Shelby County Commissioners could not find enough votes in committee sessions Wednesday, July 17, for a county property tax rate that had any chance of passing before the full commission next week.
In the committee session Wednesday, 12 of the 13 commissioners were present.
But a proposed $4.32 tax rate from Commissioner Terry Roland only got two votes. Roland proposed the certified tax rate without a 6-cent tax hike proposed by Shelby County Mayor Mark Luttrell.
The certified tax rate sets the tax rate at the amount it is estimated will produce the same amount of revenue for county government as the current tax rate taking into account the property value lost in the 2013 property reappraisal.
Roland had previously favored keeping the tax rate at $4.02. But he said Wednesday his proposal was an acknowledgement that his position probably didn’t have seven votes. Commission chairman Mike Ritz indicated he was ready to support Roland’s plan because he didn’t believe the $4.38 rate had seven votes either.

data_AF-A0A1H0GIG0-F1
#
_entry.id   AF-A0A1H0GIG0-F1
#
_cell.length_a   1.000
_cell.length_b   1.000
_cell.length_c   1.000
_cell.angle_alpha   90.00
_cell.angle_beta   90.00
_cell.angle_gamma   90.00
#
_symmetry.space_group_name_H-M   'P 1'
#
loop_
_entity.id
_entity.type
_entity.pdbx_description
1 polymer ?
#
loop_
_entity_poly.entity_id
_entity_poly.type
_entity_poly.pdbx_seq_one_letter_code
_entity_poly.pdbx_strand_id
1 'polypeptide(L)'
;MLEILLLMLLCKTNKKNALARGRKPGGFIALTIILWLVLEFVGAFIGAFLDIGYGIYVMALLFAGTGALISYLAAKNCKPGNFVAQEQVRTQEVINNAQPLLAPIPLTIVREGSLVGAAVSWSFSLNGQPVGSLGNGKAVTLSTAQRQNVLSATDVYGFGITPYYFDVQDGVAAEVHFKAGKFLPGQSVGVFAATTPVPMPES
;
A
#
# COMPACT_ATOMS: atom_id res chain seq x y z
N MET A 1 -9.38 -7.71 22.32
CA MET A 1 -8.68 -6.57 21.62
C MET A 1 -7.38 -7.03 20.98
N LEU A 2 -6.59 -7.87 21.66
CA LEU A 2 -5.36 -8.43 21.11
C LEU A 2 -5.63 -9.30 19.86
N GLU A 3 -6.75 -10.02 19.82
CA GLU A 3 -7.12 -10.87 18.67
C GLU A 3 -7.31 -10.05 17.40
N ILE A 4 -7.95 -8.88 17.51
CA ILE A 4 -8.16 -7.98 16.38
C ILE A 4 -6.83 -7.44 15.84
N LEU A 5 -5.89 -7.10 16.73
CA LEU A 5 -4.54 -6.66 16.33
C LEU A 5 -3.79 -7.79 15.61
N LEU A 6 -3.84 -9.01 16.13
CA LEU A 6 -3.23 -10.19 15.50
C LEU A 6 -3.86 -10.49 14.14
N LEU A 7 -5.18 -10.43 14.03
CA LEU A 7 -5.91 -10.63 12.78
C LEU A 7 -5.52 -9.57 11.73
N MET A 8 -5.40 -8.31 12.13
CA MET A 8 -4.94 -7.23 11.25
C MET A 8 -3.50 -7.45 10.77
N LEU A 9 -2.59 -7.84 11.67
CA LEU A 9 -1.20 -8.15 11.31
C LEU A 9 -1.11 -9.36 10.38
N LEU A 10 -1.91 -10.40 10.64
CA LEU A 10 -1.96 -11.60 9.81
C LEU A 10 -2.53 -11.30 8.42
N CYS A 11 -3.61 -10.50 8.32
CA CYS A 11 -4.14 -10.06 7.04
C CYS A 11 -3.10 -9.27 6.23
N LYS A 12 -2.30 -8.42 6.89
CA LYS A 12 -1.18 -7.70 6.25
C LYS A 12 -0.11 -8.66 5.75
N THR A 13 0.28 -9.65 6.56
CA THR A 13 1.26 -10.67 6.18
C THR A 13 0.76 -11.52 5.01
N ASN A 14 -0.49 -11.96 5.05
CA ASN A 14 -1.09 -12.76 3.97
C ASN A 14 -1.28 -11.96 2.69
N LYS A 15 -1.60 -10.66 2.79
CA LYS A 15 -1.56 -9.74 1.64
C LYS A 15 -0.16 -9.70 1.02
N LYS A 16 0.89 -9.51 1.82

When only Roland and commissioner Steve Basar voted for the $4.32 tax rate, Roland said he would vote against other plans as a vote “against the process.”
“Forgive me for trying to work with you and compromise,” he said. “I see it’s either all or none.”
Luttrell urged the commission to move ahead with the $4.38 tax rate he proposed that the commission voted down on third and final reading earlier this month. But that only got four votes in committee.
The $4.38 proposal goes to the full commission Monday with a negative recommendation from the budget committee.
Meanwhile, Luttrell told commissioners that County Attorney Kelly Rayne has advised him no matter what tax rate is set, the county cannot change the amount of funding for the consolidated school system in the already approved county budget for the fiscal year that began July 1.
The county provides $20 million in new funding for the merged school district in the budget plan.
The budget with the schools funding was not only approved by the County Commission, the level of schools funding was also accepted by the countywide school board, making the action final, according to Rayne.